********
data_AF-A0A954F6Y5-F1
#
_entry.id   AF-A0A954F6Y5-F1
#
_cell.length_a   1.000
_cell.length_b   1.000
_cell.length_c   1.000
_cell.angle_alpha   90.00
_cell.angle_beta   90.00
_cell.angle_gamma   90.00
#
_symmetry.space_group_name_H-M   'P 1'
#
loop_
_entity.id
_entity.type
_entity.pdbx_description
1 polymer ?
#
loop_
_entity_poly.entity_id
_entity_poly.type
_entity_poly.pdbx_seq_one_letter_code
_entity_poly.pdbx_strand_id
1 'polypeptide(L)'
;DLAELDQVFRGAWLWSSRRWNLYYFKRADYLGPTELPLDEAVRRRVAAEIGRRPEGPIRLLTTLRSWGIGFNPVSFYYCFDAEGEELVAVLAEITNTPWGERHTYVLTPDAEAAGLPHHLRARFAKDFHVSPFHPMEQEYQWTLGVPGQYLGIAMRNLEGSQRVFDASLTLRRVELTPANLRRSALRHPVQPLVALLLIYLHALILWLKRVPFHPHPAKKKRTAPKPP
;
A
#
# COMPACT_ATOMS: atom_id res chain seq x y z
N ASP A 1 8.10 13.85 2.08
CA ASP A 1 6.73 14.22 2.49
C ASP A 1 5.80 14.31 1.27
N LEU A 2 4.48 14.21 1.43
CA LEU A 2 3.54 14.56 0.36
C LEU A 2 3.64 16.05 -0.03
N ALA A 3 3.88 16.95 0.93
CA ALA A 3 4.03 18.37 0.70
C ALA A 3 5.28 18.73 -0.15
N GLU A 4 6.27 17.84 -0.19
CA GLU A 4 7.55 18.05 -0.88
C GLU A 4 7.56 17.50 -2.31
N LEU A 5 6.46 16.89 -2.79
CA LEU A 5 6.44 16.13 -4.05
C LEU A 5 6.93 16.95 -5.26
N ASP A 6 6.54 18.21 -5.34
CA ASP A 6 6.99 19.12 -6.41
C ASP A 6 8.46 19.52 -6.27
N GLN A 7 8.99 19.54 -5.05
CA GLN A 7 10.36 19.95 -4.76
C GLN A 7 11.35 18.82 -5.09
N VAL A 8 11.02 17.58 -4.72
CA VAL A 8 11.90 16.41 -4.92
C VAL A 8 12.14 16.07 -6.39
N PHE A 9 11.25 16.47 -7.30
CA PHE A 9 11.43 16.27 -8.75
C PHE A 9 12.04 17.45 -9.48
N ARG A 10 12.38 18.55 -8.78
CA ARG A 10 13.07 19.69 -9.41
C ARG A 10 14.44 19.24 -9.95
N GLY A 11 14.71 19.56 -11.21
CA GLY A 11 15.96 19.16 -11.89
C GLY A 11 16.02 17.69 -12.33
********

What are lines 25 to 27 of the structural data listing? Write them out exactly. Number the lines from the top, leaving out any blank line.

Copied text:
1 'polypeptide(L)'
;DLAELDQVFRGAWLWSSRRWNLYYFKRADYLGPTELPLDEAVRRRVAAEIGRRPEGPIRLLTTLRSWGIGFNPVSFYYCFDAEGEELVAVLAEITNTPWGERHTYVLTPDAEAAGLPHHLRARFAKDFHVSPFHPMEQEYQWTLGVPGQYLGIAMRNLEGSQRVFDASLTLRRVELTPANLRRSALRHPVQPLVALLLIYLHALILWLKRVPFHPHPAKKKRTAPKPP
;